Putting paint to canvas to remember Light Horse legacy
AUSTIN Short's hunt to uncover his grandfather's legacy with the Australian Light Horse regiment has come to a close thanks to Banora Point artist Barry Henderson.
Now Mr Short's grandfather's story, and that of the 11th Light Horse Regiment, will become a defining part of Australian war history.
Mr Henderson was hired by Mr Short, from Brisbane, to paint the First World War attack on the town of Semakh, near the Sea of Galilee in modern day Israel, by the 11th Regiment.
Kilcoy-based grazier Howard Hedley Taylor, Mr Short's grandfather, was killed during the attack on September 25, 1918.
"My grandfather was in that charge and he got killed, so last year I went over with a group of Light Horsemen on a memorial trip right throughout the Middle East," Mr Short said.
"The soldiers came out of the dark hills at 5am to attack the station with the Turks waiting for them, but in the dark the men went around and took the town and station.
"The site of the battle had become derelict. Now it's been refurbished by the locals and the Australian Government to renew the station as a memorial museum site and education centre."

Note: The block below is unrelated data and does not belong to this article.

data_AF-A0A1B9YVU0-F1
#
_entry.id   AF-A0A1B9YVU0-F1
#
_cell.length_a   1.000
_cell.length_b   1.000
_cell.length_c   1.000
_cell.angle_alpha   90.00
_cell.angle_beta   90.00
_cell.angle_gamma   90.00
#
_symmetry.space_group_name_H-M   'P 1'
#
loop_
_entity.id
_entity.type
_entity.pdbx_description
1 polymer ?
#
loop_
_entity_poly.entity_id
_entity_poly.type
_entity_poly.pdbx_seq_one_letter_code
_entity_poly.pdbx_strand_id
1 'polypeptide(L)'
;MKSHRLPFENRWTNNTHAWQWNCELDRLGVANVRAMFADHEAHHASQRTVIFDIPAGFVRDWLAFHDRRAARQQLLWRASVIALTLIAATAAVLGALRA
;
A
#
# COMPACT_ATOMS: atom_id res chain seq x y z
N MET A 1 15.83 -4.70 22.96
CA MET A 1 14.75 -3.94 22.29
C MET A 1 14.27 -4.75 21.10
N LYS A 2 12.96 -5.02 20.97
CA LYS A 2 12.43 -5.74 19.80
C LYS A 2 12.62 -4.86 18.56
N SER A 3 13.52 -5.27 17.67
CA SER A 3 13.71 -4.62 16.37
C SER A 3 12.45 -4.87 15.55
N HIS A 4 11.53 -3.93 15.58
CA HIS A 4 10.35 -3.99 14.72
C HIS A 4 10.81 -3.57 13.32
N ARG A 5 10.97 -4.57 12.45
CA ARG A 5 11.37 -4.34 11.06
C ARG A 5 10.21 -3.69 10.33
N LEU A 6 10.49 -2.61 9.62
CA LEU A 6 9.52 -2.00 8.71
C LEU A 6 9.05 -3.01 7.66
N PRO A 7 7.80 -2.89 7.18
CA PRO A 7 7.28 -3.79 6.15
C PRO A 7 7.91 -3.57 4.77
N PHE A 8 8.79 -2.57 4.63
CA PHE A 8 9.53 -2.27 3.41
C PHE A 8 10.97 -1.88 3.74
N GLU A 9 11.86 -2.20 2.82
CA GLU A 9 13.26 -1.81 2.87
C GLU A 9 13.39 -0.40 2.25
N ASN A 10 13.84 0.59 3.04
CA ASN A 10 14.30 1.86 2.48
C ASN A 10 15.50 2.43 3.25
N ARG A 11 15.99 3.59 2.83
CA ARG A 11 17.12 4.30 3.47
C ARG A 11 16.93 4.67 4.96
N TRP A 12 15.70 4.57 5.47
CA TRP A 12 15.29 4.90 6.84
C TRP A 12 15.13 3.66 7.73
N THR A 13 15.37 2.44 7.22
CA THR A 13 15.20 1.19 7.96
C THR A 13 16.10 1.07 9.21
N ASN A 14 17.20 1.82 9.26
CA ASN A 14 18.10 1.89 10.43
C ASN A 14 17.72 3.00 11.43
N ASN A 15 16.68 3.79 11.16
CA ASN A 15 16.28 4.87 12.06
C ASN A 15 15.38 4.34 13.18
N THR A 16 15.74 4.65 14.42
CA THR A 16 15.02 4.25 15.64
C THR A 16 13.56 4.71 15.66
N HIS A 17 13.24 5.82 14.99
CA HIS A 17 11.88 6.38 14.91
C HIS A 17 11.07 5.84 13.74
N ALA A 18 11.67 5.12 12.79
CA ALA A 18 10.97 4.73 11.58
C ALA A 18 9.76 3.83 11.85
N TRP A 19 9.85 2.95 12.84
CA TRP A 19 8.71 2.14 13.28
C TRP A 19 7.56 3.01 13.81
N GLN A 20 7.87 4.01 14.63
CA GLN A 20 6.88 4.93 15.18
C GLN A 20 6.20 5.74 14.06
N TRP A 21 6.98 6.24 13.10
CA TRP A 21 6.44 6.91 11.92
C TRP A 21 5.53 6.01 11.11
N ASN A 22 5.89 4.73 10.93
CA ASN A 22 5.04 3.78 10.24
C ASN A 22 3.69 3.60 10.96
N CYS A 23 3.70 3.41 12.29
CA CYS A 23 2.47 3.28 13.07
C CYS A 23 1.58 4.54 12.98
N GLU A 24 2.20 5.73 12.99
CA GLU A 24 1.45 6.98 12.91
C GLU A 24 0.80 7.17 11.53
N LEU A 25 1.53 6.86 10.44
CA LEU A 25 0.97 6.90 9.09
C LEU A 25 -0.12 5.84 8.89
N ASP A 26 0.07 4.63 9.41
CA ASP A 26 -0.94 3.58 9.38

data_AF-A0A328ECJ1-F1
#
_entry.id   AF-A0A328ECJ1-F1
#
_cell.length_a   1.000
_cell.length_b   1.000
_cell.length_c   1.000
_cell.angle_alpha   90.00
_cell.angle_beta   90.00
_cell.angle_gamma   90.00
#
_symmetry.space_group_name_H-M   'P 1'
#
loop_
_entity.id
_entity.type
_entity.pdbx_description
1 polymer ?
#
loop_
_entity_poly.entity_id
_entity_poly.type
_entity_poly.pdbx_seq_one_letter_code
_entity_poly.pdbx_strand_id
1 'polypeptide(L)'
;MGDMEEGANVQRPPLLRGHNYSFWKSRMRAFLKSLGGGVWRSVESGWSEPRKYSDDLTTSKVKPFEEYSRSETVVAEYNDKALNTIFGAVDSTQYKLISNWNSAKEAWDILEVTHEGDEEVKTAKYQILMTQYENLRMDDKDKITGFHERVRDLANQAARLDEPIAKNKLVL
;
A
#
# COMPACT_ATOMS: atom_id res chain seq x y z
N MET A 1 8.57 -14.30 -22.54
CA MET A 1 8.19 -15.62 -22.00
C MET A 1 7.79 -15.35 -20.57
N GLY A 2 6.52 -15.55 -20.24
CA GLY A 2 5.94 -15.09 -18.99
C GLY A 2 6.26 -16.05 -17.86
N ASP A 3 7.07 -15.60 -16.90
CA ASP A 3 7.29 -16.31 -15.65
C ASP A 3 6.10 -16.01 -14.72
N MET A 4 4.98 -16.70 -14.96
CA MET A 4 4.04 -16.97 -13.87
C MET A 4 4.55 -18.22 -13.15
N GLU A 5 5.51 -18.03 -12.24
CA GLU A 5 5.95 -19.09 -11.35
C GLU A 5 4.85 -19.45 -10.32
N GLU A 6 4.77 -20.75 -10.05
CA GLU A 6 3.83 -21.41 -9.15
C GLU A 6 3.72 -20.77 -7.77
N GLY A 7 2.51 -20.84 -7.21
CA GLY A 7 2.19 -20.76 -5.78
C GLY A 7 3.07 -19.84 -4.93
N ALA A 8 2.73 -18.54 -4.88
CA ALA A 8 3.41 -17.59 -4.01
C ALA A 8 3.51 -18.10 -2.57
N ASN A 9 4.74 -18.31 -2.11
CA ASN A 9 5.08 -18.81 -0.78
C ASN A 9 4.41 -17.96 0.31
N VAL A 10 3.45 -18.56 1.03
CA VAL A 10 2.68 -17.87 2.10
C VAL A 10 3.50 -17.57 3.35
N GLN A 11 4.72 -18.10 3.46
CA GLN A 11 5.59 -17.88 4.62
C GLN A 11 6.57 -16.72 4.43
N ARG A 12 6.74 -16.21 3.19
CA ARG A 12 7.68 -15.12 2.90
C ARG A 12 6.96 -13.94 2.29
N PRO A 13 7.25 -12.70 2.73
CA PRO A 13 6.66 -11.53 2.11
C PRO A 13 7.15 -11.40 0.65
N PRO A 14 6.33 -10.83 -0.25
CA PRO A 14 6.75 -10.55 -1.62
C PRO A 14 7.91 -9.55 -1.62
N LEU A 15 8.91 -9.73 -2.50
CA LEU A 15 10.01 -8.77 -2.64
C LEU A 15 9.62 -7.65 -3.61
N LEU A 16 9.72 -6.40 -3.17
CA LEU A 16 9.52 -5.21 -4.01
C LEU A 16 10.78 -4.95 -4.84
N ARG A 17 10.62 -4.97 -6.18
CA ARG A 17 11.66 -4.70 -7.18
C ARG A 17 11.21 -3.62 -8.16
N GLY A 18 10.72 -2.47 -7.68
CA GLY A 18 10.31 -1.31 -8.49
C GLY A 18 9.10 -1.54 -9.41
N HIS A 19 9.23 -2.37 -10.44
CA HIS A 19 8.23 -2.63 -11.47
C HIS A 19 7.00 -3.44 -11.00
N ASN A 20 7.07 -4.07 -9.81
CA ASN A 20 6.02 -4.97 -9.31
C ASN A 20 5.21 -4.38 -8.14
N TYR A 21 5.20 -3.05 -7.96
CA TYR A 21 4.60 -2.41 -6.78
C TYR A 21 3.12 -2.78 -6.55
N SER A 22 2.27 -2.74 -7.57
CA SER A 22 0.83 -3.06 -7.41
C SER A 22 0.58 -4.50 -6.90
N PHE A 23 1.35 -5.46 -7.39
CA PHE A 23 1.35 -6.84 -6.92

When he returned home Australian Light Horse Association member Mr Short devised a plan to cement his grandfather, and the regiment, in history.
"I came home and I said 'there's nothing at Semakh', so I wanted to get a painting done for the museum and I thought 'who do know?' and then I thought of Barry, who used to do cartoons as a kid," he said.
"So I contacted Barry and I sent through some literature and photographs and he came up with this beautiful piece of work.
"When I first saw the painting I felt a little emotional, because finally we had something depicting the scene."
Mr Short, 83, and Mr Henderson, 71, met when they were members of North Kirra Surf Life Saving Club in their younger years.
Mr Henderson said he was initially overwhelmed by the task, which took him 11 months to complete.
"I knew it would be a big undertaking and I knew that I had to be historically correct because I knew members of the (Light Horse) association would notice the details," he said.
"The pressure was definitely on."
Both men say the painting holds great significance to them.
"I certainly have a lot of pride, but more emotion, it's been like the end of an odyssey because I was on the search for my grandfather's history for years," Mr Short said.
"When I went there I was standing where this painting is based and there I was standing on the very site where my grandfather was buried."
"It's like finally closing the chapter on his story."